Another Blooming Look at Gource and the Edina OpenURL Data

Having done a first demo of how to use Gource to visualise activity around the EDINA OpenURL data (Visualising OpenURL Referrals Using Gource), I thought I’d trying something a little more artistic, and use the colour features to try to pull out a bit more detail from the data [video].

What this one shows is how the mendeley referrals glow brightly green, which – if I’ve got my code right – suggests a lot of e-issn lookups are going on (the red nodes correspond to an issn lookup, blue to an isbn lookup and yellow/orange to an unknown lookup). The regularity of activity around particular nodes also shows how a lot of the activity is actually driven by a few dominant services, at least during the time period I sampled to generate this video.

So how was this visualisation created?

Firstly, I pulled out a few more data columns, specifically the issn, eissn, isbn and genre data. I then opted to set node colour according to whether the issn (red), eissn (green) or isbn (blue) columns were populated using a default reasoning approach (if all three were blank, I coloured the node yellow). I then experimented with colouring the actors (I think?) according to whether the genre was article-like, book-like or unkown (mapping these on to add, modify or delete actions), before dropping the size of the actors altogether in favour of just highlighting referrers and asset type (i.e. issn, e-issn, book or unknown).

cut -f 1,2,3,4,27,28,29,32,40 L2_2011-04.csv > openurlgource.csv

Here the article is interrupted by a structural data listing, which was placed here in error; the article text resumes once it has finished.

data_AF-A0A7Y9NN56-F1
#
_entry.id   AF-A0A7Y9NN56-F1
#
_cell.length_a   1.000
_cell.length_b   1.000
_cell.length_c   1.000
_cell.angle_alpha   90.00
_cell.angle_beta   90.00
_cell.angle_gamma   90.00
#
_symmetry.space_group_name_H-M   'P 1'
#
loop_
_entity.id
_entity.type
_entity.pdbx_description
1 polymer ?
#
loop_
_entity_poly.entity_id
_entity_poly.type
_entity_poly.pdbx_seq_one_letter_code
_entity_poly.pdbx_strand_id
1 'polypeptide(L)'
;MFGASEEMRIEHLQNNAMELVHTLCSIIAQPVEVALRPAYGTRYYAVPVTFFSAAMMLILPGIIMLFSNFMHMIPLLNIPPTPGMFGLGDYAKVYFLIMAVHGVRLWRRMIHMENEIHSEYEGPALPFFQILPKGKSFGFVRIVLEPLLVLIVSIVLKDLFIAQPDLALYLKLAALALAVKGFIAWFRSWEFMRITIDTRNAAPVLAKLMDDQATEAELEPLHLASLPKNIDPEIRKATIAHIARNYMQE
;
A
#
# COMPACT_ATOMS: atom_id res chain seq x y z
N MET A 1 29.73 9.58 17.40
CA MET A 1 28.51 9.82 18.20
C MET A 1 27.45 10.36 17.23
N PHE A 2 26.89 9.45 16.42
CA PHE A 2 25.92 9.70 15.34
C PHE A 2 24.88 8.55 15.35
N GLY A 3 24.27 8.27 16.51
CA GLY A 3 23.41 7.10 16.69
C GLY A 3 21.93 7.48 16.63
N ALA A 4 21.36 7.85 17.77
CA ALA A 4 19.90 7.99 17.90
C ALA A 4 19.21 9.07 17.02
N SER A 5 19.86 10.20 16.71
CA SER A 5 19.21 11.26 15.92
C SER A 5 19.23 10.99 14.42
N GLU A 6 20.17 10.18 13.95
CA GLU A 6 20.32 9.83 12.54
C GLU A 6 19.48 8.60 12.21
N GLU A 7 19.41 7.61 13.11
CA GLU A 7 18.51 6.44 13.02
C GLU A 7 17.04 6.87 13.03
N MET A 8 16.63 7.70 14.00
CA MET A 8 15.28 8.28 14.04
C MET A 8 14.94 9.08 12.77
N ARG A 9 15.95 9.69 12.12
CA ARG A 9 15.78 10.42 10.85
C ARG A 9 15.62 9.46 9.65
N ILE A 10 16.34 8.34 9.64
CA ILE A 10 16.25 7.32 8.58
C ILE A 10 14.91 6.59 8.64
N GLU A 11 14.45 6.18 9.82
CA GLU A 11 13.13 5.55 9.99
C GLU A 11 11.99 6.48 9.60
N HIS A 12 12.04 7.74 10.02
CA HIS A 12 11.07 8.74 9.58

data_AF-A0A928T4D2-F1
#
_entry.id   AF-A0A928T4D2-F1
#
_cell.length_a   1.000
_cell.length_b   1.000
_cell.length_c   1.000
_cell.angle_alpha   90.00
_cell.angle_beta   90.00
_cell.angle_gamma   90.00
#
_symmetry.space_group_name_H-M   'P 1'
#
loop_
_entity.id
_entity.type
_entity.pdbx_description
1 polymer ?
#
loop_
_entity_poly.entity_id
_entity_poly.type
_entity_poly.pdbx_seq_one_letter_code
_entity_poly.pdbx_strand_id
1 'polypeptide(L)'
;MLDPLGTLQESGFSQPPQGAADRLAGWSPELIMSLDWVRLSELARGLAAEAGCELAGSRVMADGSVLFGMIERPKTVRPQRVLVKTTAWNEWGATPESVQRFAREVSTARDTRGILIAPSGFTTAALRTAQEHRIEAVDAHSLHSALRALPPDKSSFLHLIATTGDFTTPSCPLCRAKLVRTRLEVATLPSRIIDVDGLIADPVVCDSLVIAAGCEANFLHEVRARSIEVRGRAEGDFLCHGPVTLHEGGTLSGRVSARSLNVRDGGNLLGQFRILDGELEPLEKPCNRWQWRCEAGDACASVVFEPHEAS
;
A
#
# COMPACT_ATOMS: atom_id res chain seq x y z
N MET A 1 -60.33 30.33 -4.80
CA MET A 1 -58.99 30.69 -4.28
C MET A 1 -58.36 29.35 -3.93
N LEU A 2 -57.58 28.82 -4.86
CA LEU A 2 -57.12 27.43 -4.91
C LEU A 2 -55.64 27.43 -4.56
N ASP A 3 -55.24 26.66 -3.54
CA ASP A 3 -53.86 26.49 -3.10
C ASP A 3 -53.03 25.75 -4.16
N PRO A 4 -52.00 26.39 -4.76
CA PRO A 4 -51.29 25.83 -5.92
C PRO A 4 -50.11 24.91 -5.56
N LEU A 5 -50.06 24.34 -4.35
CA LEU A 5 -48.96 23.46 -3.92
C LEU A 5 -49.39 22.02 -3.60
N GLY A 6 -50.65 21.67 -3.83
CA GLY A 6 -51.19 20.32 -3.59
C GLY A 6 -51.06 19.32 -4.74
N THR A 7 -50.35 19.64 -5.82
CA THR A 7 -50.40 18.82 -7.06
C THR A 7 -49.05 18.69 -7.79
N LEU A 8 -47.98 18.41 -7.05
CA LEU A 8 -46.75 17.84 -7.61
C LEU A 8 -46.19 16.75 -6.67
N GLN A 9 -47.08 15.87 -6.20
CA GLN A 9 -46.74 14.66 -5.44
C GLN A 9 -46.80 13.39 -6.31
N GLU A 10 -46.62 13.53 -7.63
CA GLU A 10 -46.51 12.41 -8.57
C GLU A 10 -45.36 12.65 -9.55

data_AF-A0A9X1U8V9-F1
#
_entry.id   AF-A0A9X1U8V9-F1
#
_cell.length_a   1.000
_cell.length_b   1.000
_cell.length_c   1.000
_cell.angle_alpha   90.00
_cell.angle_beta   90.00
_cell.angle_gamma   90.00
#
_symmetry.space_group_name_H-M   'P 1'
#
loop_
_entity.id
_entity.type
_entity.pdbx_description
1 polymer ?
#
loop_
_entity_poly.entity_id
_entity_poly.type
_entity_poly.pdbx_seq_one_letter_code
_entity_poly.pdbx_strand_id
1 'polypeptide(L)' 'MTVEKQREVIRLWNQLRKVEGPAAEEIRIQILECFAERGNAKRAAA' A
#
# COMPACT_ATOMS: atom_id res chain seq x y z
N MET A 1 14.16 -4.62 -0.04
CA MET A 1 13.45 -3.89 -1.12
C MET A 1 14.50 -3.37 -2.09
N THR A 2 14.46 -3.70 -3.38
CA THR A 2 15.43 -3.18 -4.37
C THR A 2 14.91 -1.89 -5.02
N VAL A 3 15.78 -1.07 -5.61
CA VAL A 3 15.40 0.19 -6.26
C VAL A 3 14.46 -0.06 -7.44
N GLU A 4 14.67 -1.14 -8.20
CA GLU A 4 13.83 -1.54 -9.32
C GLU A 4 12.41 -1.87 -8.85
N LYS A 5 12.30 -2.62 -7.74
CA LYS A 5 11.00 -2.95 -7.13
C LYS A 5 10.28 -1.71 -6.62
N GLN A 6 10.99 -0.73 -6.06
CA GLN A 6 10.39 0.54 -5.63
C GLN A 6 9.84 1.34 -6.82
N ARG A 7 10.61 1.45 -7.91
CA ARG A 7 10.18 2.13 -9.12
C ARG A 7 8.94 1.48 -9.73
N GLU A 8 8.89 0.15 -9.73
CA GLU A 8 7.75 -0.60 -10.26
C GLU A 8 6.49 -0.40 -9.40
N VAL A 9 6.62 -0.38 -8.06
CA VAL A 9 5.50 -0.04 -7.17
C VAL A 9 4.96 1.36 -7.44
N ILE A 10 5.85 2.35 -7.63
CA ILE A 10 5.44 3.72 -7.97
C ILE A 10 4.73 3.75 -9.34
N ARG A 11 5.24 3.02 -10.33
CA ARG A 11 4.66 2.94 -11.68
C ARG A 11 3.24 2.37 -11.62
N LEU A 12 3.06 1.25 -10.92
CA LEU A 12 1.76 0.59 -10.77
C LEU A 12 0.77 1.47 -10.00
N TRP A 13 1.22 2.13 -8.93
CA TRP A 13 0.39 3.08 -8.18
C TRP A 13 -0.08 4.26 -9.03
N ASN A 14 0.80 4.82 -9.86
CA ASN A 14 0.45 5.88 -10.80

When running the Pythin script, I got a “NULL Byte” error that stopped the script working (something obviously snuck in via one of the newly added columns), so I googled around and turned up a little command line cleanup routine for the cut data file:

tr < openurlgource.csv -d '\000' > openurlgourcenonulls.csv

Here’s the new Python script too that shows the handling of the colour fields:

import csv
from time import *

# Command line pre-processing step to handle NULL characters
#tr < openurlgource.csv -d '\000' > openurlgourcenonulls.csv
#alternatively?: sed 's/\x0/ /g' openurlgource.csv > openurlgourcenonulls.csv

f=open('openurlgourcenonulls.csv', 'rb')

reader = csv.reader(f, delimiter='\t')
writer = csv.writer(open('openurlgource.txt','wb'),delimiter='|')
headerline =

for row in reader:
	if row[8].strip() !='':
		t=int(mktime(strptime(row[0]+" "+row[1], "%Y-%m-%d %H:%M:%S")))
		if row[4]!='':
		elif row[5]!='':
		elif row[6]!='':
		if row[7]=='article' or row[7]=='journal':
		elif row[7]=='book' or row[7]=='bookitem':

The new gource command is:

gource -s 1 --hide usernames --start-position 0.8 --stop-position 0.82 --user-scale 0.1 openurlgource.txt

and the command to generate the video:

gource -s 1 --hide usernames --start-position 0.8 --stop-position 0.82 --user-scale 0.1 -o - openurlgource.txt | ffmpeg -y -b 3000K -r 60 -f image2pipe -vcodec ppm -i - -vcodec libx264 -vpre slow -threads 0 gource.mp4

If you’ve been tempted to try Gource out yourself on some of your own data, please post a link in the comments below:-) (AI wonder just how many different sorts of data we can force into the shape that Gource expects?!;-)


    • Tony Hirst

      Gource (and Code Swarm) were both developed for visualising repo commits… I’ve recently started wondering what else we might be able to visualise using the same tools. If you have data that can be represented as a tree/hierarchical dataset that grows over time, it’s a good candidate….

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